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Civil War Soldiers - Craig

Craig, James, brigadier-general, U.S. Army, was born in Pennsylvania, May 7, 1820. He studied law and removed to St. Joseph, Mo., where he practiced his profession, and in 1847 was a member of the state legislature. He was captain of the Missouri mounted volunteers in the Mexican war from Aug., 1847, until Nov., 1848, and then, returning to Missouri, was from 1852 to 1856 state attorney for the 12th judicial circuit. He served in Congress as a Democrat from 1857 to 1861, and on March 21, 1862, was commissioned by President Lincoln, brigadier-general of volunteers. This office he held until May 5, 1863, serving in the west, then resigned and was an unsuccessful candidate for election to the 47th Congress. He was subsequently the first president of the Hannibal & St. Joseph railroad, and the first controller of St. Joseph. He died in St. Joseph, Mo., Oct. 21, 1888.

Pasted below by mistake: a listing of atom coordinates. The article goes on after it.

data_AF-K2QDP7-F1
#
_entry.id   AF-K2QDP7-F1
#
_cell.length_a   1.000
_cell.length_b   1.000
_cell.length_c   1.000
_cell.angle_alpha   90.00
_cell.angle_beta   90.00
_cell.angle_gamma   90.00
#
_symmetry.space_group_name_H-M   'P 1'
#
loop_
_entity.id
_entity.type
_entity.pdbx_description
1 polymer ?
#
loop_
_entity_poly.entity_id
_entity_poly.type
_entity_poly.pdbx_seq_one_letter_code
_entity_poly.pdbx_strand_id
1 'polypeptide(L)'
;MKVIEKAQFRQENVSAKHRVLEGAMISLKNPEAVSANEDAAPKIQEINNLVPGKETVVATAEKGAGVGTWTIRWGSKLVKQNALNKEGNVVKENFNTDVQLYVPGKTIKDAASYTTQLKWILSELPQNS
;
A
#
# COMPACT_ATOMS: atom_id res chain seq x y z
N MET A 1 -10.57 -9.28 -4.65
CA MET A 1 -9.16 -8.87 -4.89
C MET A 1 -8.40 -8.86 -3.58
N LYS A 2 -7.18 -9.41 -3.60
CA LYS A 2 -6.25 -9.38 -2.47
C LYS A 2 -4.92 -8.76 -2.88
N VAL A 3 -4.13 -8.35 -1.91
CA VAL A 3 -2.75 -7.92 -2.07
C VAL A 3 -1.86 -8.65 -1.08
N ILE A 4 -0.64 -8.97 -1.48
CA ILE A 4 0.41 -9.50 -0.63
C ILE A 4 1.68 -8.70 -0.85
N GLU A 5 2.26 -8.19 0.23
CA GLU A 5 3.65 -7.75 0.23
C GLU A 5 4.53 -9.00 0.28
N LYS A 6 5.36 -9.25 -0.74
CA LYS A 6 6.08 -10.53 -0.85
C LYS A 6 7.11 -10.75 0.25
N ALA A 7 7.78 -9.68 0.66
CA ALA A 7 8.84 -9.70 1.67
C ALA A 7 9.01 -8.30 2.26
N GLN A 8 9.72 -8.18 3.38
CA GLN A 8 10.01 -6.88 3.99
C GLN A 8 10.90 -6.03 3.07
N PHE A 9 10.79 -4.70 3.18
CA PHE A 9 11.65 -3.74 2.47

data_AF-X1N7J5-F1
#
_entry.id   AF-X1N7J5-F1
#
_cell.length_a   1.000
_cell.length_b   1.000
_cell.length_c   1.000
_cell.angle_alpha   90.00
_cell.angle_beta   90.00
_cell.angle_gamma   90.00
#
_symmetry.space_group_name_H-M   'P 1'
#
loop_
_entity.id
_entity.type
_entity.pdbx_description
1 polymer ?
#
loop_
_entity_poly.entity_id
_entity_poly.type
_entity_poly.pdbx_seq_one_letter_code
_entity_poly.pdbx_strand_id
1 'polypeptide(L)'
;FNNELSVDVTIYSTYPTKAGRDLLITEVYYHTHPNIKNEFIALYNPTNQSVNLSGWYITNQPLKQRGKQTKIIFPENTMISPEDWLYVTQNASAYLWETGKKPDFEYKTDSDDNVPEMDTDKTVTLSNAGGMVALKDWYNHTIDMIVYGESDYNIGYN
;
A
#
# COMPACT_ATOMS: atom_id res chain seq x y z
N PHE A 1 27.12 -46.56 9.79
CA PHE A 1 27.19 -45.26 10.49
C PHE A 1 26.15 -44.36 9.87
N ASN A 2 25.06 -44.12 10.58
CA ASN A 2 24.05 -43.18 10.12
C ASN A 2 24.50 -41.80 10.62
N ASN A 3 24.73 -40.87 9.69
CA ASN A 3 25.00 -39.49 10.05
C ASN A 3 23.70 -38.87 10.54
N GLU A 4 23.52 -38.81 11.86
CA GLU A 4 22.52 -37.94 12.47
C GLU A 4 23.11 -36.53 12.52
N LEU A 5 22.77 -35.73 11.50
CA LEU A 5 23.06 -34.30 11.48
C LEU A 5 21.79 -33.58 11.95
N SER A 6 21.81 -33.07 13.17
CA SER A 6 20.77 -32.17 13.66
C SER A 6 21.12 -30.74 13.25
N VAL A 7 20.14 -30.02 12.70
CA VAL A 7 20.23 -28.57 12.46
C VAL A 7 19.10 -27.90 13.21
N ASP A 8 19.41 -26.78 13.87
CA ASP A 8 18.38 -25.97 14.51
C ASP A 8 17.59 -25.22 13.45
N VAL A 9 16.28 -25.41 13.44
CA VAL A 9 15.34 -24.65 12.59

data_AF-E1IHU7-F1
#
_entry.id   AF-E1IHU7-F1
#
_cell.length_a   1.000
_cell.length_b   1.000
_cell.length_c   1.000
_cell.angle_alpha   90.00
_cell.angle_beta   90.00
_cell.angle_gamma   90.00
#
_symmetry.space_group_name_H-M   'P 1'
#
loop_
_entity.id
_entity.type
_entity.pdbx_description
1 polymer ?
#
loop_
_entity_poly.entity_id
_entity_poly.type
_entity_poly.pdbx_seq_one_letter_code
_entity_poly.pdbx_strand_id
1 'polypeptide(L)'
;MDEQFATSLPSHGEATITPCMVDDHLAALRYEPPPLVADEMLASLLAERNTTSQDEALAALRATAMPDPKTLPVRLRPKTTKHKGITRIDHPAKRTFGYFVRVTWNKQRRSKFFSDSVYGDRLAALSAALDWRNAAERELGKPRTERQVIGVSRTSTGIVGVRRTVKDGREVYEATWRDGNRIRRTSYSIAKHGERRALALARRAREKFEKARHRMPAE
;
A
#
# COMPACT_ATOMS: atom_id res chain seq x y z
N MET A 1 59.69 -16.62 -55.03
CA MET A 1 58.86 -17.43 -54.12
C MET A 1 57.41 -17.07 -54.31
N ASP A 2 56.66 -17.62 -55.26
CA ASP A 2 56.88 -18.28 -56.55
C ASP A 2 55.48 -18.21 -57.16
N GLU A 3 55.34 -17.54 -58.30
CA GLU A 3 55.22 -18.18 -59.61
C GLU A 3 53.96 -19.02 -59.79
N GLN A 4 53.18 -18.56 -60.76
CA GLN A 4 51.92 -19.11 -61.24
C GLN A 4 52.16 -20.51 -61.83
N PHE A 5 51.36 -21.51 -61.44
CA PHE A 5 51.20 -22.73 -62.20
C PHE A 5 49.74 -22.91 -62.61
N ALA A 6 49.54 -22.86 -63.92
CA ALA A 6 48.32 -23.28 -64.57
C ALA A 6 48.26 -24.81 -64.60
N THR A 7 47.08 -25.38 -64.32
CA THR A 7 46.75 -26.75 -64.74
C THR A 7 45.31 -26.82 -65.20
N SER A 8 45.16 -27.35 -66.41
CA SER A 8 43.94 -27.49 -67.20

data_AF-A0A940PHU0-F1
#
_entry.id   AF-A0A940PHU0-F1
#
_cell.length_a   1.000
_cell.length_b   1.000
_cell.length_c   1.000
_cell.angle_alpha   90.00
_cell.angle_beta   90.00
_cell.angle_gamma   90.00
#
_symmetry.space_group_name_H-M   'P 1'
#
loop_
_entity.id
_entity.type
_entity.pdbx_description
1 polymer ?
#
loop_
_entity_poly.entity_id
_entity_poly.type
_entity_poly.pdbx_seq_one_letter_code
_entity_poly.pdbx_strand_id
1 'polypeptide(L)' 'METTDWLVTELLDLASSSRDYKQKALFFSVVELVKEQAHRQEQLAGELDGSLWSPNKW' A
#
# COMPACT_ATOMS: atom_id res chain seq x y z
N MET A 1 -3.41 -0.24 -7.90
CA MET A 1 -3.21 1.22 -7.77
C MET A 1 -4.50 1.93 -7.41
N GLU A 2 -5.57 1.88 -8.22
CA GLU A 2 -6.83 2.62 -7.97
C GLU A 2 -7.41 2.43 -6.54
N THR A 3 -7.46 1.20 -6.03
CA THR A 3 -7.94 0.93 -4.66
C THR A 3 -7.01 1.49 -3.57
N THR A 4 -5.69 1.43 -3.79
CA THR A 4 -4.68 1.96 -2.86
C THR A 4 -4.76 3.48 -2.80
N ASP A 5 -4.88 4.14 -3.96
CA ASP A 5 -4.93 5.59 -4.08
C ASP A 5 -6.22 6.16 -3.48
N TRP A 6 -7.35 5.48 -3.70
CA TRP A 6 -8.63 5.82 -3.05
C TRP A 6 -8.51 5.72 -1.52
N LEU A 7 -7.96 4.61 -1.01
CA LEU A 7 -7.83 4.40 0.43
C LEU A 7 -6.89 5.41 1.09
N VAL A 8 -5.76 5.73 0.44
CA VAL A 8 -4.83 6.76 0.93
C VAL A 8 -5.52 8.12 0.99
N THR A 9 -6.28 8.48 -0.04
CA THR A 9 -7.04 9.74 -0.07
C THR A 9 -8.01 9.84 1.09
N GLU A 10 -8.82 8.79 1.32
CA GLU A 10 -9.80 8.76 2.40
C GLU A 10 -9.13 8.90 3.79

Source: The Union Army: A History of Military Affairs in the Loyal States 1861-1865, Volume 8 Biographical, 1908

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